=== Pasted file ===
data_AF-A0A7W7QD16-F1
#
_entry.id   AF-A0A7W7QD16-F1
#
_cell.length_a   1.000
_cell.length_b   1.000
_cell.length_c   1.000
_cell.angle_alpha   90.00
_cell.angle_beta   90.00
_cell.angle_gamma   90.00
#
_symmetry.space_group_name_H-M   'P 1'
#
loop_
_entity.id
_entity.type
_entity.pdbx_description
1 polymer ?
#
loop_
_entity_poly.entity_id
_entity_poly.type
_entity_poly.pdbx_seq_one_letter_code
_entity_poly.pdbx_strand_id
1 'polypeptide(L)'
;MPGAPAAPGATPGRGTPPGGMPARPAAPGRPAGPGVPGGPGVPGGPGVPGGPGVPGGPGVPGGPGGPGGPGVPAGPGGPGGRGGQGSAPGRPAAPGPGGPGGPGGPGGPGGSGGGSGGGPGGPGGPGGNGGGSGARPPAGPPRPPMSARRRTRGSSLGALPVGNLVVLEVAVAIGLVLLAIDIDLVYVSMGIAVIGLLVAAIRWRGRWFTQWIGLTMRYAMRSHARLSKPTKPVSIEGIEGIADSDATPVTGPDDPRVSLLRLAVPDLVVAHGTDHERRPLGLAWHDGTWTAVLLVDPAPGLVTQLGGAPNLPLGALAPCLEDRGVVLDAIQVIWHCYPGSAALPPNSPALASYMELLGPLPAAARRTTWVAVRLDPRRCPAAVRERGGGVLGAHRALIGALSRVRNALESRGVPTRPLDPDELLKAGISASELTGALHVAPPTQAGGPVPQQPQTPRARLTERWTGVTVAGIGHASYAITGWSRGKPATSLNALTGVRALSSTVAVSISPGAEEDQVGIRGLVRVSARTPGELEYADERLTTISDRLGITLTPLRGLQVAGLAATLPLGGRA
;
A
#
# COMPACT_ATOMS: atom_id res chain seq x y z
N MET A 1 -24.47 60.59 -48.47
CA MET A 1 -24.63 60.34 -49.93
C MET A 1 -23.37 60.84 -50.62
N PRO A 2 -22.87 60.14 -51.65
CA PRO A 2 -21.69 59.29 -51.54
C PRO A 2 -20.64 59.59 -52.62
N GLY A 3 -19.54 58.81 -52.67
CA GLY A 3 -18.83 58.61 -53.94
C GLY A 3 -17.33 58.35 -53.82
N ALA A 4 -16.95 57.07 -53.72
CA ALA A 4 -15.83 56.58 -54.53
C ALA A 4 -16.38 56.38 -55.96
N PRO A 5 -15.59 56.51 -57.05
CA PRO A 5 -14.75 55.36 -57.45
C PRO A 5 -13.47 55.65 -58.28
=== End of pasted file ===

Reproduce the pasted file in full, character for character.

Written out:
data_AF-A0A7W7QD16-F1
#
_entry.id   AF-A0A7W7QD16-F1
#
_cell.length_a   1.000
_cell.length_b   1.000
_cell.length_c   1.000
_cell.angle_alpha   90.00
_cell.angle_beta   90.00
_cell.angle_gamma   90.00
#
_symmetry.space_group_name_H-M   'P 1'
#
loop_
_entity.id
_entity.type
_entity.pdbx_description
1 polymer ?
#
loop_
_entity_poly.entity_id
_entity_poly.type
_entity_poly.pdbx_seq_one_letter_code
_entity_poly.pdbx_strand_id
1 'polypeptide(L)'
;MPGAPAAPGATPGRGTPPGGMPARPAAPGRPAGPGVPGGPGVPGGPGVPGGPGVPGGPGVPGGPGGPGGPGVPAGPGGPGGRGGQGSAPGRPAAPGPGGPGGPGGPGGPGGSGGGSGGGPGGPGGPGGNGGGSGARPPAGPPRPPMSARRRTRGSSLGALPVGNLVVLEVAVAIGLVLLAIDIDLVYVSMGIAVIGLLVAAIRWRGRWFTQWIGLTMRYAMRSHARLSKPTKPVSIEGIEGIADSDATPVTGPDDPRVSLLRLAVPDLVVAHGTDHERRPLGLAWHDGTWTAVLLVDPAPGLVTQLGGAPNLPLGALAPCLEDRGVVLDAIQVIWHCYPGSAALPPNSPALASYMELLGPLPAAARRTTWVAVRLDPRRCPAAVRERGGGVLGAHRALIGALSRVRNALESRGVPTRPLDPDELLKAGISASELTGALHVAPPTQAGGPVPQQPQTPRARLTERWTGVTVAGIGHASYAITGWSRGKPATSLNALTGVRALSSTVAVSISPGAEEDQVGIRGLVRVSARTPGELEYADERLTTISDRLGITLTPLRGLQVAGLAATLPLGGRA
;
A
#
# COMPACT_ATOMS: atom_id res chain seq x y z
N MET A 1 -24.47 60.59 -48.47
CA MET A 1 -24.63 60.34 -49.93
C MET A 1 -23.37 60.84 -50.62
N PRO A 2 -22.87 60.14 -51.65
CA PRO A 2 -21.69 59.29 -51.54
C PRO A 2 -20.64 59.59 -52.62
N GLY A 3 -19.54 58.81 -52.67
CA GLY A 3 -18.83 58.61 -53.94
C GLY A 3 -17.33 58.35 -53.82
N ALA A 4 -16.95 57.07 -53.72
CA ALA A 4 -15.83 56.58 -54.53
C ALA A 4 -16.38 56.38 -55.96
N PRO A 5 -15.59 56.51 -57.05
CA PRO A 5 -14.75 55.36 -57.45
C PRO A 5 -13.47 55.65 -58.28